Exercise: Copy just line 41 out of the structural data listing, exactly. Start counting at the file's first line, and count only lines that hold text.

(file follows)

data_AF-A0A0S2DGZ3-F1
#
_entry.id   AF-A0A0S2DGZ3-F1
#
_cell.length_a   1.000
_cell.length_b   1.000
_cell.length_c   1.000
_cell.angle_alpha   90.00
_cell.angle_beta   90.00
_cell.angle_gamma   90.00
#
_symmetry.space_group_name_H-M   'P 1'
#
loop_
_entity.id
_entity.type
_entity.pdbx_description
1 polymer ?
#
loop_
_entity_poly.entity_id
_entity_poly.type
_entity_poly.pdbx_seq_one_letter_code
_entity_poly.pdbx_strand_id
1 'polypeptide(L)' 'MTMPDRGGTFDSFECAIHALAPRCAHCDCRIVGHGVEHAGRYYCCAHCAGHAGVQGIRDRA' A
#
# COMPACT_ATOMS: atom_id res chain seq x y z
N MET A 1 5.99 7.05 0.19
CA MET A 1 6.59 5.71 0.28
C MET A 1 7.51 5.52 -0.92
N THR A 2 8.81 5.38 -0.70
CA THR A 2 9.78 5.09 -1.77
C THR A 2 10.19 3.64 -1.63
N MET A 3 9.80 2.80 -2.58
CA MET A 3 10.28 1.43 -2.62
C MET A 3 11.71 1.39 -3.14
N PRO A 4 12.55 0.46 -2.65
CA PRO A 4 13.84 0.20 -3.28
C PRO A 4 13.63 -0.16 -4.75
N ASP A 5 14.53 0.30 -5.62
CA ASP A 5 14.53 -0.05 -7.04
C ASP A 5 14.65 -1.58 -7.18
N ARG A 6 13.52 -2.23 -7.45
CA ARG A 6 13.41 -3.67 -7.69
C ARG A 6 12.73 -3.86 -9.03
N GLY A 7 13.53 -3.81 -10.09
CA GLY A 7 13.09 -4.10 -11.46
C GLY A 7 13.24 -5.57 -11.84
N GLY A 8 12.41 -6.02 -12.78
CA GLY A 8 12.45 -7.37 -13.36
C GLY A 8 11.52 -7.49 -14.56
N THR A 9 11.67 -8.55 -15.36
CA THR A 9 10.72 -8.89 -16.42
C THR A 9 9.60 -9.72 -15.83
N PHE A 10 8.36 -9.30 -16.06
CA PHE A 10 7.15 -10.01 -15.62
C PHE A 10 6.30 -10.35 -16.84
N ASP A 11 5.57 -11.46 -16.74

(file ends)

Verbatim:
CA ASP A 5 14.53 -0.05 -7.04